Investors typically compare the EPS of two or more companies within the same industry to get a sense of how one company is performing relative to its peers. 

Investors may also look for trends in a company’s EPS growth over time to get a better idea of how profitable a company has been, how steadily earnings have grown, and the potential for future performance. A company with a steadily increasing EPS figure is considered to be a more reliable investment than one whose EPS is on the decline or varies substantially.

A Variable in the Price/Earning Ratio

EPS is also an important variable in determining a stock’s value. This measurement figures into the earnings portion of the price-earnings (P/E) valuation ratio. The P/E ratio is one of the most common ratios utilized by investors to determine whether a company’s stock price is valued properly relative to its earnings. It’s calculated by dividing EPS into the stock price.

Types of EPS

There are three basic types of EPS figures.

Trailing EPS

A company’s trailing EPS is based on the previous year’s data. In fact, a trailing EPS is calculated using the previous four quarters of earnings. It has the benefit of using actual numbers instead of projections.

Most P/E ratios are calculated using the trailing EPS because it represents what actually happened, and not what might be. On the other hand, while the figure is accurate, the trailing EPS is often considered old news. Many investors will also look at current and forward EPS figures.

Current EPS

This measurement typically includes figures from the four quarters of the current fiscal year, some of which may have already elapsed, and some of which are yet to come. As a result, some of the data will be based on actual figures and some will be based on projections.

Forward EPS

The forward EPS is calculated using projections for some period of time in the future (usually the coming four quarters).

Forward EPS estimates are made by analysts or by the company itself. While this number is based on estimates and not on actual data, investors are often very interested in the forward EPS because, in general, investing is predicated on estimates of a company’s future earning potential.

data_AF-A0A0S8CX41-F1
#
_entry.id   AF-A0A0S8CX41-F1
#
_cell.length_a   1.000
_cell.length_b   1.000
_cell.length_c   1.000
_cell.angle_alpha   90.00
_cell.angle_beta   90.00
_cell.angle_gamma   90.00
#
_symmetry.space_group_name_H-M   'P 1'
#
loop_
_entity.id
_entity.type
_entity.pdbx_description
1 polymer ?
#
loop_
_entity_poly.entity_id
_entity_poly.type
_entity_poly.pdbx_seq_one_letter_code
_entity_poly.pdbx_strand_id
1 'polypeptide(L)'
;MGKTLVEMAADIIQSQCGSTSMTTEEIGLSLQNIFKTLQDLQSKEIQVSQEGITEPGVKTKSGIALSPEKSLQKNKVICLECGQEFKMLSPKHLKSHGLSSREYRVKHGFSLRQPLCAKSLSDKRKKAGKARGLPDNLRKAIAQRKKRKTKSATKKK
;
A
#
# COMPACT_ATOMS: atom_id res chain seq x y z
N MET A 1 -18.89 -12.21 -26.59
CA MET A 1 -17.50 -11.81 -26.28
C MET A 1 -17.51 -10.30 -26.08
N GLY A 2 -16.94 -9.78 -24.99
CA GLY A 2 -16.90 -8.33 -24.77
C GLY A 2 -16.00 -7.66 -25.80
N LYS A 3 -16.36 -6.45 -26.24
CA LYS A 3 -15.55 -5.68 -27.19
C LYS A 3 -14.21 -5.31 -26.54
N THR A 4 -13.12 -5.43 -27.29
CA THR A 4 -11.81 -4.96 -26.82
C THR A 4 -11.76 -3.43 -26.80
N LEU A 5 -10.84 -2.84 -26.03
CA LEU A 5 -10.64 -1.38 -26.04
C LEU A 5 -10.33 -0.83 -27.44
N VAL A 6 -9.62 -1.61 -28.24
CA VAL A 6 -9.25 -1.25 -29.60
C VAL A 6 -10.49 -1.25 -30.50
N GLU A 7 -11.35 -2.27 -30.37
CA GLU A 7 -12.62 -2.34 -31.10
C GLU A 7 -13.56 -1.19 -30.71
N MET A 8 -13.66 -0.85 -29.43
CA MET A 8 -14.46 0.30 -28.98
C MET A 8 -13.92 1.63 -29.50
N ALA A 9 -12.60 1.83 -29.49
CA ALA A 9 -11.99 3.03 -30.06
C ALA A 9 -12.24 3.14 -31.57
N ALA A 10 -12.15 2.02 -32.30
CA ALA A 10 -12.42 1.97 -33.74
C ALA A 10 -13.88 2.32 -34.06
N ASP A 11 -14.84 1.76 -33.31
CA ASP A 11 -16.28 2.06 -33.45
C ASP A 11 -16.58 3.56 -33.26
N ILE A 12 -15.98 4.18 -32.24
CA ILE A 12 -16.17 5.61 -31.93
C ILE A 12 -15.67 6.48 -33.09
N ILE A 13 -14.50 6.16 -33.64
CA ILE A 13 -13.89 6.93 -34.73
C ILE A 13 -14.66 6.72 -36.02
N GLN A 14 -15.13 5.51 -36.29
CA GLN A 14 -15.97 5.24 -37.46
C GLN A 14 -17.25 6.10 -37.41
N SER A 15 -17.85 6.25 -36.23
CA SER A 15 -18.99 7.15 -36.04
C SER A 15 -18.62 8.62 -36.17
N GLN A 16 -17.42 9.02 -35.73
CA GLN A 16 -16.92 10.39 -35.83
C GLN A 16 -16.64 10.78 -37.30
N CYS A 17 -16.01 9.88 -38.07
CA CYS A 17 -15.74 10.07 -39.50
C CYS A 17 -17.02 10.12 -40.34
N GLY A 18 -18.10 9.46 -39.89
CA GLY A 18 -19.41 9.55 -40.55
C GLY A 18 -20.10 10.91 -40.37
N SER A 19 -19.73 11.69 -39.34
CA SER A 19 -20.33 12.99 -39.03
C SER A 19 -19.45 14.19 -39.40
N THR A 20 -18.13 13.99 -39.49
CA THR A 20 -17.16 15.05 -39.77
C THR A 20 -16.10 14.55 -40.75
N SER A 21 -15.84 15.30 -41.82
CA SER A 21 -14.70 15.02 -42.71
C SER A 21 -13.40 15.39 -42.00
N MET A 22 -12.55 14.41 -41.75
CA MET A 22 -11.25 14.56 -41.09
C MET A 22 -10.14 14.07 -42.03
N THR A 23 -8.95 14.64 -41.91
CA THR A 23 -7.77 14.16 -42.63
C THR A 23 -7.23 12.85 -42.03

Investors often compare these three types of EPS calculations. For example, they may compare the forward EPS (that uses projections) with the company’s actual EPS for the current quarter. If the actual EPS falls short of forward EPS projections, the stock price may fall as investors register their disappointment. On the other hand, if the actual EPS beats its estimates, the stock may experience a rally.

What Is EPS?

EPS, or earnings per share, is a financial figure studied by investors, traders, and analysts. It is used to draw conclusions about a company’s earnings stability over time, its financial strength, and its potential performance.

What Is the Formula for Earnings per Share?

To calculate earnings per share, take a company’s net income and subtract from that preferred dividends. Then divide that amount by the average number of outstanding common shares.

Where Do I Find the Net Income Figure for the EPS Calculation?

You’ll find this figure at the bottom of a company’s income statement. Net income is the amount related to shareholder equity after costs and expenses have been deducted from a company’s income.

The Bottom Line

The earnings per share figure is especially meaningful when investors look at both historical and future EPS figures for the same company, or when they compare EPS for companies within the same industry.

Bank of America (BAC), for example, is in the financial services sector. Investors can compare the EPS of Bank of America with other financial institutions, such as JP Morgan Chase (JPM) or Wells Fargo (WFC), to get a relative idea of financial strength.

Since EPS is just one possible metric to use to examine companies’ financial prospects, it’s essential to use it in conjunction with other performance measures before making any investment decisions.